Distance transform of an image region R with respect to another image region T is defined as for each image pixel in R, replace its intensity using the shortest distance to T. Typically T is selected as the image background, but it can also be selected as any specific image pixel. We have the following observation of Figure 2.

In the distance transform of a neuron segment with respect to an arbitrarily selected seed location, s, at a tip point of the neuron segment, the distancetransformed pixel intensity has a larger value than those of the nearby foreground pixels. In another word, any tip/terminal point in a neuron structure will have a local maximum on the boundary pixels in this distance field.

In the distance transform of a neuron segment to the image background, the boundary pixels will have value 1 and the skeleton points will form a ridge of local maximal values, compared to all other image pixel locations that are orthogonal to the tangent direction of the skeleton. Extraction of the ridge will skeletonize the neuron segment.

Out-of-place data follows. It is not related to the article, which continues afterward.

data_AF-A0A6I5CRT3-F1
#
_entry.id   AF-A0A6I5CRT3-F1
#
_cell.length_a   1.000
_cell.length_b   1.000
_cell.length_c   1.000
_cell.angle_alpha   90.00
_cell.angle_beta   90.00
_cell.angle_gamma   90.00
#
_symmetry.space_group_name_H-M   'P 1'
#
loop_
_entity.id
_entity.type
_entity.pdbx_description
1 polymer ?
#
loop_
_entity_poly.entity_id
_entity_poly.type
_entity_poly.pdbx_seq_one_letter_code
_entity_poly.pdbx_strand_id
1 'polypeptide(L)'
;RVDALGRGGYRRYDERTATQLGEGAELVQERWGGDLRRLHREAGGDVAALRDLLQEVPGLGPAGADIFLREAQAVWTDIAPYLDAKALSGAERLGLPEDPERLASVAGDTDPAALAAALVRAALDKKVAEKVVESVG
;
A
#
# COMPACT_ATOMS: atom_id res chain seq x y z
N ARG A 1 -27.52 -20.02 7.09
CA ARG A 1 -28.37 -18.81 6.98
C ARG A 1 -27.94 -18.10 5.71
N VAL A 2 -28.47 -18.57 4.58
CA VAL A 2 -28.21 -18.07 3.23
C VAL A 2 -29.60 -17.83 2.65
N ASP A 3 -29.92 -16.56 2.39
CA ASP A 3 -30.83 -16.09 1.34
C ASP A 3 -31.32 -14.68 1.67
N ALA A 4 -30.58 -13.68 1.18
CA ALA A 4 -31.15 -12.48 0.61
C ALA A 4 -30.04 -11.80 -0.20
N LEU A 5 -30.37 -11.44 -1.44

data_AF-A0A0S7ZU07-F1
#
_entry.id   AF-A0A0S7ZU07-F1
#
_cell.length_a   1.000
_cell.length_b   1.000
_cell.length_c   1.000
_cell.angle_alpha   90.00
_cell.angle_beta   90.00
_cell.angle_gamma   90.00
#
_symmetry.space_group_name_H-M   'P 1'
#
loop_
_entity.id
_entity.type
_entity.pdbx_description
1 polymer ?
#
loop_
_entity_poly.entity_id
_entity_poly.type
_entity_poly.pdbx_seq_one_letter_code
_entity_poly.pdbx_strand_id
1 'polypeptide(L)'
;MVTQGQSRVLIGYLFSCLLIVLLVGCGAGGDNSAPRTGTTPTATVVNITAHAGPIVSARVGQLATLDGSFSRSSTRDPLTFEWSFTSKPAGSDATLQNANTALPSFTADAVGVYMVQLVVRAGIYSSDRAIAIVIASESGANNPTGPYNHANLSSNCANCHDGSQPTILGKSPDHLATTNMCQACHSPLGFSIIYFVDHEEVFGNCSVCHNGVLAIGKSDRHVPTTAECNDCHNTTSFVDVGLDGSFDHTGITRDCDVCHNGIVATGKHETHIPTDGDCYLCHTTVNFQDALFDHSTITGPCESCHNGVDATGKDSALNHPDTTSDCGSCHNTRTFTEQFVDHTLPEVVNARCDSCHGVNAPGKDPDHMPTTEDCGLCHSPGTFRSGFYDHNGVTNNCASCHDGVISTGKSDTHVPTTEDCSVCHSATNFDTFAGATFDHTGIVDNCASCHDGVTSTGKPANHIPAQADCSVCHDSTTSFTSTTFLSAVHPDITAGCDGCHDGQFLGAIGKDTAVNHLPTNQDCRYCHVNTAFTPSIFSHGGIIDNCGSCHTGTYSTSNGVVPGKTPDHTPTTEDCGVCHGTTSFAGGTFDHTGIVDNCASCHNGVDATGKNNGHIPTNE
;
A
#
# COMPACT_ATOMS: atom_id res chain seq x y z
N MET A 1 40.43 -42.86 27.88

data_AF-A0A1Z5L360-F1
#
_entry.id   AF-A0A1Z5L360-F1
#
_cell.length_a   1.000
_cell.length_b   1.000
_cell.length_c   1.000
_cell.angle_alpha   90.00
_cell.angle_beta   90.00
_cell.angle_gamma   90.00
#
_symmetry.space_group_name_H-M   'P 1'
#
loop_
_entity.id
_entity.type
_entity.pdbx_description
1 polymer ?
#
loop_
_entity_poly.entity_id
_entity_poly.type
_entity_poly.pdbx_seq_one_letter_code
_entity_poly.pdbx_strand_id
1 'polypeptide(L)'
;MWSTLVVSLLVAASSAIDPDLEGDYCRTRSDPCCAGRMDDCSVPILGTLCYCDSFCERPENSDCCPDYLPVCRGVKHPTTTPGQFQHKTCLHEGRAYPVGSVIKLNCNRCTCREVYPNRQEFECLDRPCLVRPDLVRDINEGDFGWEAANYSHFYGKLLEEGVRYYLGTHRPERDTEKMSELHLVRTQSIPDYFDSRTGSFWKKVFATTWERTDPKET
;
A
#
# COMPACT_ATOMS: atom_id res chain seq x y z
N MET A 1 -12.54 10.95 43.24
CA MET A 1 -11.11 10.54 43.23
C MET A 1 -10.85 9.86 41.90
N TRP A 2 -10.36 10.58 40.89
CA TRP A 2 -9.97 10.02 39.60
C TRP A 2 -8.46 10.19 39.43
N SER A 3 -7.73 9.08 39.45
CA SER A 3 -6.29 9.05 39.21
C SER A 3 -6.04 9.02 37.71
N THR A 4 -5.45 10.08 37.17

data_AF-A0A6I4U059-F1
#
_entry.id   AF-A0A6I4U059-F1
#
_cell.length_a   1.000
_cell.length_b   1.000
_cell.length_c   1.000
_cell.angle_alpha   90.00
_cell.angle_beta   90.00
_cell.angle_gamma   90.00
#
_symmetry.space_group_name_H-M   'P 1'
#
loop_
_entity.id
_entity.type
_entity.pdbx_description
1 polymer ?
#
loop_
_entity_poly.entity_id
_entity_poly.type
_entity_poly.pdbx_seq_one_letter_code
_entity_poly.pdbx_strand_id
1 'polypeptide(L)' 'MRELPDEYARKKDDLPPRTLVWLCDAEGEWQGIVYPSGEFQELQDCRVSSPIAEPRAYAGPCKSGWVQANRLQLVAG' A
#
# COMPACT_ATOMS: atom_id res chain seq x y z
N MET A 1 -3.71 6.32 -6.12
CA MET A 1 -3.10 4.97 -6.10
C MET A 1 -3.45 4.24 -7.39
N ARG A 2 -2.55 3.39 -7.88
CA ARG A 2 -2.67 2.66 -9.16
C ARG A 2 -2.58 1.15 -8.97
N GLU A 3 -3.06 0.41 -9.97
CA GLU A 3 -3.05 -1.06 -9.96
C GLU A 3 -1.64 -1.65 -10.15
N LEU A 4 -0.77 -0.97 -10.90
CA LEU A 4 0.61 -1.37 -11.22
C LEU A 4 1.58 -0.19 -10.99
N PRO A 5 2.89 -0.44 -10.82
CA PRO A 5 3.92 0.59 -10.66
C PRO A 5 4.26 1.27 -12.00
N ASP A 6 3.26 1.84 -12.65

Assume we have a rolling ball that is pushed forward by these two coupled distance “force” fields. It can be seen that this ball will move toward the skeleton from any starting location and then along the ridge curve. Following this trajectory we can extract the neuron skeleton quickly. For this reason, in Figure 2 we call these two force fields “thrust” (for F_{1}, which is the distance transform field of the foreground pixels to an automatically determined seed point) and “pressure” (for F_{2}, which is the distance transform field of foreground pixels (voxels) to the background) fields, respectively.

Multiple traced neuron segments can be merged at their convergence point to reconstruct the treelike structure of a neuron.
 (1)
Detect neuron region(s) in 3D using method in 2.1. Multiple spatially nonconnected neuron regions may be produced.
 (2)
For each neuron region R, find the set of boundary pixels B, which is defined the set of pixels having at least one neighboring pixel (26neighbors in 3D) as the background.
 (3)
Arbitrarily select a seed location, s, from the boundary pixel set B.
 (4)
Compute both the thrust and pressure distance fields with respect to s and B, using the entire image.
 (5)
In the thrust field, detect the set of all local maxima locations, M.
 (6)